Soybean Development Policy in Indonesia

Soybean Development Policy in Indonesia

Published: 2013.11.06
Accepted: 2013.11.06
Senior Agricultural Economist and Research Professor
Research Center for Behavioral and Circular Economy, National Research and Innovation Agency (BRIN), Indonesia

Tahlim Sudaryanto

Assistant Minister for International Cooperation,

Ministry of Agriculture, the Republic of Indonesia,


As part of food security policy, the Ministry of Agriculture (MoA) of the Republic of Indonesia has set the target to achieve self-sufficiency on major staple foods by 2014.  Five major staple foods include: rice, maize, soybean, sugar, and beef.  Slightly different with other food staples, soybean development concern with the interest of farmers, consumers, and also food processors.  From the farmer’s side, soybeans provide employment and income to a large number of smallholder farmers.  To the consumers, soybeans are essential source of protein in their daily diets, which are mostly consumed as processed food, particularly tofu, and tempe (soybean curd).  Soybeans also provide livelihood to small-scale food processing industries, which produce tofu, tempe, etc.  Therefore, the framework of soybean policy tries to strike a balance of the interest of those main stakeholders.

Key Features

In Indonesia, soybean is categorized as secondary crop (palawija), which is planted in wetland paddy field (sawah) after one or two planting season of rice.  However, in dry land, soybean is usually planted in the beginning of the rainy season.  In either case, the land area planted to soybeans is in competition with other secondary crops, particularly maize.  Economic and technical factors determine farmers’ decision to plant soybeans or other secondary crops.  Major soybean producers are in the provinces of East Java, West Nusa Tenggara, Central Java, West Java, and South Sulawesi.

Harvested area of soybeans has increased only marginally from an average of 589,000 hectares in 2004-2006 to 616,000 hectares in 2010-2012.  Soybean yield has also increased slightly from an average of 1.29 ton/ha to 1.41 ton/ha in the same period.  Total production of soybeans has increased from an average of 760,000  tons in 2004-2006 to 870,000 tons in 2010-2012.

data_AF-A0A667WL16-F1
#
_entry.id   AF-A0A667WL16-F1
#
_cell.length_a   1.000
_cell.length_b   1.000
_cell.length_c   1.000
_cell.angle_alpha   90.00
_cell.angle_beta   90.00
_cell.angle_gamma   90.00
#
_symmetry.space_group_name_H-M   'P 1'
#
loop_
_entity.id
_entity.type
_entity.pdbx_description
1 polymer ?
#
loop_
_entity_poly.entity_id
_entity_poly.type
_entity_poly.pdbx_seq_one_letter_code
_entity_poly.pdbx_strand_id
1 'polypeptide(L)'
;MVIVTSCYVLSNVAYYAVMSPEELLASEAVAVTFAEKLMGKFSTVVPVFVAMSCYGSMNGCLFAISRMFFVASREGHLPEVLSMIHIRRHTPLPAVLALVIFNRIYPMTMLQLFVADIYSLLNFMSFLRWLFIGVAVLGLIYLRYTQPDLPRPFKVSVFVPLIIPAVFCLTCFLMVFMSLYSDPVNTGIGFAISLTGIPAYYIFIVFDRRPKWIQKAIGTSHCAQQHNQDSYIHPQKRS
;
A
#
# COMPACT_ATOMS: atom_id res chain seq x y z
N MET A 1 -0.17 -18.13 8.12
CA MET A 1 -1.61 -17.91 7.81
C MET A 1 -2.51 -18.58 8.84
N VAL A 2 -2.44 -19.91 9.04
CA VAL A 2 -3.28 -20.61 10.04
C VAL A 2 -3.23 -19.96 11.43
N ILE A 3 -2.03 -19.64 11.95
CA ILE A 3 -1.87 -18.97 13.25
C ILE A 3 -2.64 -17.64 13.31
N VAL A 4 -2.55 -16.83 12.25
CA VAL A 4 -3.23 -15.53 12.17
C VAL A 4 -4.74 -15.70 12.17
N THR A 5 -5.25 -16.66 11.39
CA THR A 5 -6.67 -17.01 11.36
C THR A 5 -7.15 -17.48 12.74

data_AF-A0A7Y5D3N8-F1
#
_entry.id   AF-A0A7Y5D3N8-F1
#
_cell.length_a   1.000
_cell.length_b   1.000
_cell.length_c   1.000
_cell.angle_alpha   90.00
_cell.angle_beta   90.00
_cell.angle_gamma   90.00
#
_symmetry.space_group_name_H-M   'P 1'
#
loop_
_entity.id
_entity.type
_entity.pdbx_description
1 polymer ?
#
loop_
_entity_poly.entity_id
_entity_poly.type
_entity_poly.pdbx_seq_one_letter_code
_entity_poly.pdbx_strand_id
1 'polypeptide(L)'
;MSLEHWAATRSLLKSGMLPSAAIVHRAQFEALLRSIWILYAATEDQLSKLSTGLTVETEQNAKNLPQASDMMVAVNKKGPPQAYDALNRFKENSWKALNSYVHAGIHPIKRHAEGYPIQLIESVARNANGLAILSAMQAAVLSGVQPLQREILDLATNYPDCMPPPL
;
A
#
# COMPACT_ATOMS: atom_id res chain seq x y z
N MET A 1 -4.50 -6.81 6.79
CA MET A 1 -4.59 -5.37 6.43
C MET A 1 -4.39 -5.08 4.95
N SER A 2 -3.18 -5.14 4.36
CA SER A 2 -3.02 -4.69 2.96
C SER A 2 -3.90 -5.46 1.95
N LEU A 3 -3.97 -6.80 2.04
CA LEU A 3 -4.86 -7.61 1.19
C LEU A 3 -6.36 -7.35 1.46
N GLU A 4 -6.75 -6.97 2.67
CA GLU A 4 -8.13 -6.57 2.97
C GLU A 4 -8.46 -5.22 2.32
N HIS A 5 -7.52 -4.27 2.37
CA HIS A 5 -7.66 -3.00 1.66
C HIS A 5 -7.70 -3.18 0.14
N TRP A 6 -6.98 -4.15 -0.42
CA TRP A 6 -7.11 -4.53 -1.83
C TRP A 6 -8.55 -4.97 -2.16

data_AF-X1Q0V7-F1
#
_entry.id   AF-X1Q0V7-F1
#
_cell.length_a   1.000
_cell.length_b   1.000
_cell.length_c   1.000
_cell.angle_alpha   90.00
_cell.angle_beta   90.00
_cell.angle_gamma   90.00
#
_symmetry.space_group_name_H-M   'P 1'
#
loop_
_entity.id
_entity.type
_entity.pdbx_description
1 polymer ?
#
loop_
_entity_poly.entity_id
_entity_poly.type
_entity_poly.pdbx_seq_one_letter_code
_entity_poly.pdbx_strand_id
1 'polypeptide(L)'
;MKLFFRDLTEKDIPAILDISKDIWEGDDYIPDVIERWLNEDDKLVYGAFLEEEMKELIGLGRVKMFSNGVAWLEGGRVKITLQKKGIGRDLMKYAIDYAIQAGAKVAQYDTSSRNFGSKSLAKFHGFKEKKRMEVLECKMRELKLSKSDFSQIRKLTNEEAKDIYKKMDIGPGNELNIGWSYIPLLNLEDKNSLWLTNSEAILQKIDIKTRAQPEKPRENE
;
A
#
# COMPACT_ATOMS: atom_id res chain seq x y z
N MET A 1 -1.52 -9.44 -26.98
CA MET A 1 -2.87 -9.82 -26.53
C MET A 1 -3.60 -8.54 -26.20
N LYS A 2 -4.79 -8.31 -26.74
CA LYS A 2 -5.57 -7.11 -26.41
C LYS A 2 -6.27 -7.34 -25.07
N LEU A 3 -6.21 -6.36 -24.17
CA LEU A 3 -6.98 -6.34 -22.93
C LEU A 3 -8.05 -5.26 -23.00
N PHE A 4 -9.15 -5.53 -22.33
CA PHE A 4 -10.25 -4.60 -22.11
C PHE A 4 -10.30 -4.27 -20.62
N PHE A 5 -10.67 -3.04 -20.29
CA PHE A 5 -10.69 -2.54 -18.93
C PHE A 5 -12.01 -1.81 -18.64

On the demand side, soybean utilization has been consistently higher than domestic production.  For example, in 2010-2012 soybean utilization for human consumption, feeds, and other uses was recorded at an average of 1.96 million tons, which implied a deficit of 1.09 million tons.  To fill the gap, Indonesia has to import soybeans, particularly from the USA.  In 2012, total import of soybeans was recorded at 2.11 million tons, whereas during January-June 2013, total soybean import is estimated at 863,000 tons.

Soybean price has accelerated since June 2013, which continued until early September 2013.  In the first week of September, imported soybean price reached Rp.10 268/kg, increased around 19.6% compared to the price in late December, 2012.  On the other hand, local soybean price at the farm level reached about Rp.6 983/kg.  The accelerated price of soybean has motivated the government to formulate policy on price stabilization.

Policy Framework

To increase soybean production, the government has implemented a set of policy framework.  Major policy initiatives include: (a) intensification on soybean production; (b) price and trade policies.  Intensification of soybean production is intended to accelerate soybean productivity at the farm level.  This policy is implemented by promoting the application of improved technology, which include improved soybean variety, and improved farming practices.  The Ministry of Agriculture has established demonstration plots scattered in major soybean producing regions.  The participating farmers receive incentives in term of free inputs such as fertilizers and seeds.  To encourage farmers to apply new technology more broadly, the government also provides subsidy on fertilizers, seeds, including interest rate on working capital.  In addition, a targeted group of farmers also receive grants of improved soybean seeds.

To provide better incentive to farmers and at the same time protect consumers from unintended soybean price hikes, the government has established price stabilization policy.  Major elements of this policy include: (a) Presidential Regulation No.32/2013 which has mandated BULOG (state owned enterprise) to implement price stabilization and distribute soybeans to the targeted processing industries; (b) Regulation of the Minister of Trade No.23/2013 on stabilization of soybean price through: procurement of soybeans from the farmers, import of soybeans, and selling them to the small-scale processing industries; (c) Regulation of the Minister of Trade No.45/2013 on soybean import which mentions that soybean import can be done by BULOG, other state owned enterprises, cooperatives or private sectors participating in the program; (d) Regulation of the Minister of Trade No.25/2013 on soybean procurement from the farmers which emphasize that BULOG should procure soybeans from the farmers during the third quarter of 2013 (1 July-30 September 2013)  at the stated price of Rp.7000/kg; (e) Regulation of the Minister of Trade No.26/2013 on the selling price of soybeans to processing industries which indicates that the reference selling price of soybeans to the processing industry is set at Rp.7700/kg.

Date submitted: Nov. 4, 2013

Reviewed, edited and uploaded: Nov. 5, 2013